One would think that this sequence of remarkable life experiences—both before and after the Arab Spring—would immunize Eltahawy against populist demagoguery. Yet, sadly, as Egyptian politics have turned ever more anti-Western, so has Eltahawy’s rhetoric. Take, for example, her reaction to last May’s killing of al-Qaeda leader Osama bin Laden by U.S. forces. The demise of the jihadi mastermind responsible for the deaths of thousands of Americans and Muslims complemented perfectly the renewal of genuine politics in the Arab lands. Eltahawy, however, took to the pages of the Guardian to decry the throngs of jubilant young people in New York City she witnessed celebrating bin Laden’s death. “The scene at Ground Zero was like a parody of Team America, the film created by the South Park team to parody Bush’s America gone wild on nationalism,” she wrote. Americans should not have permitted themselves this “frat boy” moment: “One man has been killed; dozens courageously staring down despots are slaughtered every day.”

But bin Laden wasn’t just any one man. He was the leading ideologue and practitioner of a nihilistic ideology that for decades has wreaked havoc across the Middle East and that threatened to hijack the Arab revolts. Rather than turn her critical energies against bin Laden’s ideological brethren in Egypt—the Muslim Brotherhood, with which al-Qaeda shares intellectual roots—Eltahawy set her sights on alleged American jingoism.

As the summer gave way to fall and the Brotherhood began flexing its political muscles in earnest, Arab liberals remained in a state of practical and ideological disarray. Rather than gearing up to defeat Egypt’s version of the Iranian ayatollahs, they continued down the path of misplaced hatred, primarily against the West. Thus, when an epidemic of riots and wild looting—with no discernible political objective other than illicit acquisition of flat-screen televisions—broke out across England, Eltahawy heard an echo of the Arab Spring and saw a replay of Mubarak-style repression in the Cameron government’s response. “Compare…[British and Egyptian] leaders’ uncannily similar reactions to what they perceive as crises,” she lectured in another Guardian column. “It’s enough to make you wonder if Mubarak is moonlighting as a consultant on the most effective ways to chip away at civil liberties around the world as he awaits the next session of his trial for murder and corruption.”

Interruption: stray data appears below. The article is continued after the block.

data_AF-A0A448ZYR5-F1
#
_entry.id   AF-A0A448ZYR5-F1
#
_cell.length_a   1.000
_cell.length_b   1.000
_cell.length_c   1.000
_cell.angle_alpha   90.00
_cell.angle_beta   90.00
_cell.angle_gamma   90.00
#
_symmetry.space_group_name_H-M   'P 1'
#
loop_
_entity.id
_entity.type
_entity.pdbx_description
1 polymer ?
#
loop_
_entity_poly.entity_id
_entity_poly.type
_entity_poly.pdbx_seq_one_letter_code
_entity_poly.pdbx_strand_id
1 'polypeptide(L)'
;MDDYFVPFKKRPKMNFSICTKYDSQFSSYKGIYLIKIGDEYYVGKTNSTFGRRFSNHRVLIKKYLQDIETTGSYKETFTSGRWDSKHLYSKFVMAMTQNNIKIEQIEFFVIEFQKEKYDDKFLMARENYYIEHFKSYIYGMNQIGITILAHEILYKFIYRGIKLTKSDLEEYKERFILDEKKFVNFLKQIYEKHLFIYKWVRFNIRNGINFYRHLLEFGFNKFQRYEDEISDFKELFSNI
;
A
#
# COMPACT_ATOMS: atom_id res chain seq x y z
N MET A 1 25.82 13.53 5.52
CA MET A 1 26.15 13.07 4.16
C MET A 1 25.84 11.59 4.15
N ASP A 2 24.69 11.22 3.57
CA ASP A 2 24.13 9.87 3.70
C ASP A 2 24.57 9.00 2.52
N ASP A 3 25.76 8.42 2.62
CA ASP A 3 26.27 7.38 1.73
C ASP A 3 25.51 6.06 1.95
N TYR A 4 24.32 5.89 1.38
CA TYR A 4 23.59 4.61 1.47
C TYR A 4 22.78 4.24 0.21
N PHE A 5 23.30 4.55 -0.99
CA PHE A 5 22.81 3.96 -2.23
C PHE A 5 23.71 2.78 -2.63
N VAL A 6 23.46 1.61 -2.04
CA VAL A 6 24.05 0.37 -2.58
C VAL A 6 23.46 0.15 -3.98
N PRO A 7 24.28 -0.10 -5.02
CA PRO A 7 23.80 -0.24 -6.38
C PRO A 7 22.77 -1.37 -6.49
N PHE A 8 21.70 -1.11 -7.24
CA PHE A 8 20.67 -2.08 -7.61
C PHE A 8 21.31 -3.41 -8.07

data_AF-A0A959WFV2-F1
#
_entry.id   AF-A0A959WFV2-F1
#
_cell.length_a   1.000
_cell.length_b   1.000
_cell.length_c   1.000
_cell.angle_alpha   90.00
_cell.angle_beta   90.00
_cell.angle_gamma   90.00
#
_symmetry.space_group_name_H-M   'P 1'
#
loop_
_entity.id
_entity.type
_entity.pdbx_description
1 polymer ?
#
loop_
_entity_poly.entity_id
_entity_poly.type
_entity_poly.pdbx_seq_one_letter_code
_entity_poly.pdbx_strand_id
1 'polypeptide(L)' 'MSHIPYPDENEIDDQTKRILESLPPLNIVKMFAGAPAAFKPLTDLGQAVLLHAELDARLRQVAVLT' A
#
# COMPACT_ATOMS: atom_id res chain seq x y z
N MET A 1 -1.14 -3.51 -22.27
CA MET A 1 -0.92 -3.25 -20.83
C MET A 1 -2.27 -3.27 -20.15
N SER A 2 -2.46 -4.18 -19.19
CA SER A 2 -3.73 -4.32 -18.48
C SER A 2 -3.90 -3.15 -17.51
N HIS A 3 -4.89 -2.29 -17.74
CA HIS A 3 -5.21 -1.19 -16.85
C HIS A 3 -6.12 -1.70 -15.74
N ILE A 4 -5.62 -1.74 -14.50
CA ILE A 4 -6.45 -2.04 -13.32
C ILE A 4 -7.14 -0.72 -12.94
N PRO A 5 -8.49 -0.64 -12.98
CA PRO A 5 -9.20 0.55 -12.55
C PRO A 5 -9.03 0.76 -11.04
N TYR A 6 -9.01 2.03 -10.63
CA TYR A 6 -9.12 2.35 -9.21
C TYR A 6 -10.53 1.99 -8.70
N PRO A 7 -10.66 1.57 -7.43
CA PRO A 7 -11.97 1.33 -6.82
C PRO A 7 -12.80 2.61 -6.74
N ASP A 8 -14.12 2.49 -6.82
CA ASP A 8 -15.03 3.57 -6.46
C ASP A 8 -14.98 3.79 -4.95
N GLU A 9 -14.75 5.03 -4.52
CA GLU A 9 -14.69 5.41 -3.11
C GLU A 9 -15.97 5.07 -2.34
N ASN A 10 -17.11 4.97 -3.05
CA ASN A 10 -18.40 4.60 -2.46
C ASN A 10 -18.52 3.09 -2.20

In fewer than 700 words, Eltahawy placed her own compatriots’ inspiring, grassroots movement for change in one of the world’s most militarized societies on the same moral plane as a senseless bout of rioting in the world’s oldest parliamentary democracy. Meanwhile, the Islamists quietly prepared the way for a massive electoral thumping that will take secular forces years if not decades to recover from. Late last March, the Brotherhood announced plans to field its longtime deputy supreme guide, Khairat el Shater, as a candidate for the upcoming presidential elections—breaking repeated pledges not to contest the presidency and all but guaranteeing an Islamist takeover of post-Mubarak Egypt.

No issue, however, tests Arab liberals’ commitment to liberal first principles more than Israel’s right to exist and live in security in its neighborhood. As anti-Semitism exploded out of post-Mubarak Egypt, with soccer mobs openly demanding a second Holocaust and popular calls for abrogating the Camp David accords, the liberals had a real opportunity to take a principled stance and serve as a tempering influence. After all, Israel remains the region’s only genuine liberal state and a model for what a Mideast democracy should look like. Alas, in many cases, liberals took the lead in demonizing Israel and calling for violence against the Jewish state.

The most remarkable case of such moral abdication was that of the Egyptian novelist Alaa al-Aswany—justly renowned for his magnificent portrait of Mubarak-era decline in The Yacoubian Building. When, last August, Israeli forces accidentally killed Egyptian troops while chasing Palestinian terrorists across the Sinai, al-Aswany took to his blog on the website of World Affairs to advocate war. “Outrage at Israeli aggression is commendable and legitimate,” he claimed: